If you are considering dark matter, after all these technological advancements, we could observe only 4% of the universe. The rest is dark matter which we cannot even detect yet.
Follow the source for more about this case.
If you mean how far out can we see, the answer is pretty close to the observable wall and/or particle horizon using Hubble Space Telescope. It is only physically possible to see so far because after a point the space is receding from you faster than the speed of light because of the expansion of the universe. Another way to think about it: photons from the objects you are seeing have had to travel against expanding space for ~13Byr, for some of their journey, even at the speed of light, they were being carried away from us before they started making actual progress.
Even if this were not the case, you would hit the point in history when the universe was optically thick because photons had not decoupled from matter and so you wouldn't be able to see anything in this regime.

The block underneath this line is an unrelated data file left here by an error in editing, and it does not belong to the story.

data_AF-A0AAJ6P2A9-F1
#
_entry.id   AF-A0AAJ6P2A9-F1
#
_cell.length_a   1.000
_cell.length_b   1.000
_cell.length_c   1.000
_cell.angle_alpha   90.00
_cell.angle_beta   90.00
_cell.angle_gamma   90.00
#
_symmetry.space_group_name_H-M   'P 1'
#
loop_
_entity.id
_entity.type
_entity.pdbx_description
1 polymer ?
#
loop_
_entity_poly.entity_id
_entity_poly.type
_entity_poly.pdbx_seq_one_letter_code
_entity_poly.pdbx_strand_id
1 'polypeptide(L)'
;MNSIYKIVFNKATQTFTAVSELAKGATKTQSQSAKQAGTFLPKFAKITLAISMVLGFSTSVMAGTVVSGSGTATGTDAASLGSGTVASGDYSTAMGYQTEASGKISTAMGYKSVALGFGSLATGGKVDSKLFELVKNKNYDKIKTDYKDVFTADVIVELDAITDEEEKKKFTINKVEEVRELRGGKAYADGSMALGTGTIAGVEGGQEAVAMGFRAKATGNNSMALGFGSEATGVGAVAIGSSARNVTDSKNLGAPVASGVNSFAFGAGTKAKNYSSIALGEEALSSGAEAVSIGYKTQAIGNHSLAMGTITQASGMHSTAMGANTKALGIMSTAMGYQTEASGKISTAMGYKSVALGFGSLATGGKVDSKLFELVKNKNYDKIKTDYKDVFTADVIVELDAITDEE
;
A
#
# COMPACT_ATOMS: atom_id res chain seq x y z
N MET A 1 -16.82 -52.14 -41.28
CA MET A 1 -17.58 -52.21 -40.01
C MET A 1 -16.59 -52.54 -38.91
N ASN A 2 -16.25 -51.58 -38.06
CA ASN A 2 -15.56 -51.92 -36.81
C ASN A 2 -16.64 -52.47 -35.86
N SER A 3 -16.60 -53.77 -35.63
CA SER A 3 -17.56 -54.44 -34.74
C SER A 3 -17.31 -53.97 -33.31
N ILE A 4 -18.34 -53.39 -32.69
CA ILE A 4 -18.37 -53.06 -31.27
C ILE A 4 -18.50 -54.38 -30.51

However this carries the caveat that we can only see extremely large scale structures such as galaxies/clusters of galaxies. So what we see are extremely coarse snapshots from long ago.
I guess you could say we have a rough outline of the observable universe at best, with a pretty decent underlying model to explain what has been observed so far, but we really do not understand large components such as dark energy (some 73% of what "makes-up" our universe), and really we only understand something like 10-15% of normal matter, which combined with dark matter makes up the other 27% of the universe. The 3rd component, relativistic or radiation is essentially negligible.
Going by this logic, we understand ~15% out of 27% of the universe fairly well. We can hand-waivingly explain the rest of matter, which is to say we can describe some properties of dark matter but not intrinsically understand what it is.
We have absolutely no idea what Dark Energy is, other than an ability to ascribe a mathematical value to it based on observations.
So at best we have outlined "everything", understand slightly better about 27%, all matter, and really understand about 15% of that 27%, normal matter.